A genuine conundrum. I didn’t feel much like seeing “Aeon Flux,” a movie that unfolds – very slowly - four centuries down the road and is therefore burdened with the problem of not knowing what it’s talking about (that kind of thing upsets literal minded people). We all know that it’s hard enough to figure out what happened at the Gulf of Tonkin, for instance, without having to postulate about the year 2400.
But I did go. I went because Charlize Theron is an intelligent actress who makes eccentric choices. After shining in the “The Cider House Rules” and winning an Oscar for “Monster,” she could have accepted a predictable stream of best actress type parts. She didn’t, and I was curious about this choice, especially after most of the opening reviews labeled Flux “the worst movie of the year.” I don’t think so.
First, the premise, which you have to admit, is apt. All but 5 million people on earth have been erased by a devastating virus. Trevor Goodchild (Marton Csokas,), chairman of the new world, has built a wall around the survivors. Within, is a perfect society controlled by Trevor and his brother Oren; outside, Nature is reclaiming the earth. Aeon Flux (Charlize Theron), raging at the controlled sterility of her surroundings, is a fighter in the resistance, a Monican. Director Karen Kusama has dressed the acceptors in white, the resistors in black and deposited them all in a supremely fascinating imagining of future architecture. The buildings, the beribboned satellite, the mechanisms that make everything work have sprung from someone’s fertile imagination to the computer to the actors who play in it. The safe world of Trevor Goodchild is beautiful, a kind of walled in Central Park imagined for the 25th century.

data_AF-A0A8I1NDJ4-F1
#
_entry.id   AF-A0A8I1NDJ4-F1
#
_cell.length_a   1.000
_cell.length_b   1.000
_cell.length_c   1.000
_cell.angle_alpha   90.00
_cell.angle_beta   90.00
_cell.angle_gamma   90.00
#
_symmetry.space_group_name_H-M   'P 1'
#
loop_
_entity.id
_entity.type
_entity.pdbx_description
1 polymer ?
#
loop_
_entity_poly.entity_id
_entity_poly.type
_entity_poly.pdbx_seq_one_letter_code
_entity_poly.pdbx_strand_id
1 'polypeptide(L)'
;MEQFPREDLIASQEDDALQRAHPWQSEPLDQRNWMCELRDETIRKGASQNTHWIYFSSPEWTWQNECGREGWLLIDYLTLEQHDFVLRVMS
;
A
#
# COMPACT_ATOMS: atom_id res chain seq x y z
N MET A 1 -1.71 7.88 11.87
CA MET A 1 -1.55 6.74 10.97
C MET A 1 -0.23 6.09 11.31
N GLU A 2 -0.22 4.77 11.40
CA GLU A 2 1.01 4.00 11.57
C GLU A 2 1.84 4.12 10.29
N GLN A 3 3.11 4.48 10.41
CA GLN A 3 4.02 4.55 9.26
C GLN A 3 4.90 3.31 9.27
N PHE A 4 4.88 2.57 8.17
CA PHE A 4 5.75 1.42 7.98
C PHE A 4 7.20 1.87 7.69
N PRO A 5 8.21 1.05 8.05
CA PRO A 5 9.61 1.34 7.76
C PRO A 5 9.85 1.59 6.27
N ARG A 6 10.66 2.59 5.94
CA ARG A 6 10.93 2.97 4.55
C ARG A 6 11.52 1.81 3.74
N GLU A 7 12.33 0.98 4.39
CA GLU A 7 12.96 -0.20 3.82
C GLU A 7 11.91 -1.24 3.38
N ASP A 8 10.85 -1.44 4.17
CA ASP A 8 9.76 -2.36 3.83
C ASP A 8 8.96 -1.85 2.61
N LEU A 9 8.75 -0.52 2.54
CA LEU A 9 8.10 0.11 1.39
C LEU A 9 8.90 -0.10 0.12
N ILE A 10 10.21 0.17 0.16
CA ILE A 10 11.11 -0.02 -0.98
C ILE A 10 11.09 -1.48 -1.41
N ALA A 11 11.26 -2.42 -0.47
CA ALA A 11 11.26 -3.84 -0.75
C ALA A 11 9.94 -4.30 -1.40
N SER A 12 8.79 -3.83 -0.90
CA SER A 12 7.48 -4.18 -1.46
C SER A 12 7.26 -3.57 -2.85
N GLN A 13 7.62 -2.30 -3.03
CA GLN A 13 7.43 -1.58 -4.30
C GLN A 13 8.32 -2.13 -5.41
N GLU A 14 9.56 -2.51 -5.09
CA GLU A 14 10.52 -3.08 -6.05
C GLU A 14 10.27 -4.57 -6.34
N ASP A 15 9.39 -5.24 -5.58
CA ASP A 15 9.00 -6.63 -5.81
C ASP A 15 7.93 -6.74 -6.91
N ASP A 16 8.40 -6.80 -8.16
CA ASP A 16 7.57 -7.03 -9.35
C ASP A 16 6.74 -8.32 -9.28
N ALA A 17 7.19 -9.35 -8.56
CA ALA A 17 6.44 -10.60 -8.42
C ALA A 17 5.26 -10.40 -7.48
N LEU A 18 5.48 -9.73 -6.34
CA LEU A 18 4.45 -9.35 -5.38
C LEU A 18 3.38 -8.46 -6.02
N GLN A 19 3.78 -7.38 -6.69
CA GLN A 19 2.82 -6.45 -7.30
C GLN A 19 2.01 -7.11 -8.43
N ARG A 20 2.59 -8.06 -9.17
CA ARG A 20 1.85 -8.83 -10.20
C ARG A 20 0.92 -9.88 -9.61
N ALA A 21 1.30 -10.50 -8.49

Here comes the good part: as the movie wends it way, far too slowly, through this land of the future, its creators decide to explore some of the big questions that face us today and promise to rule tomorrow. While Charlize Theron, in the manner of an Olympic gymnast, flips her way over the landscape in search of her target, the script manages, somehow, to get us thinking about fascism, betrayal, national security, secrecy, and about cloning and the human soul. Whoever decided to dress the moral dilemmas of our day in the clothes of an action hero movie is a risk taker. The movie is part spoof, part serious – a cartoon almost, of assassination, war, rebellion, and architectural beauty.
You will have to decide for yourself whether to risk two hours in a movie that often seems not to know what it is doing. There is also a strong possibility that you might be intolerably bored. Whenever the filmmakers reach wit’s end, they repeat themselves. But if you come out pondering the soul of the human clone, you may be one up on the general population. Is this movie an embarrassment, or is it cool? It’s cool, maybe embarrassingly so.
Copyright (c) Illusion
Return to Ellis Home Page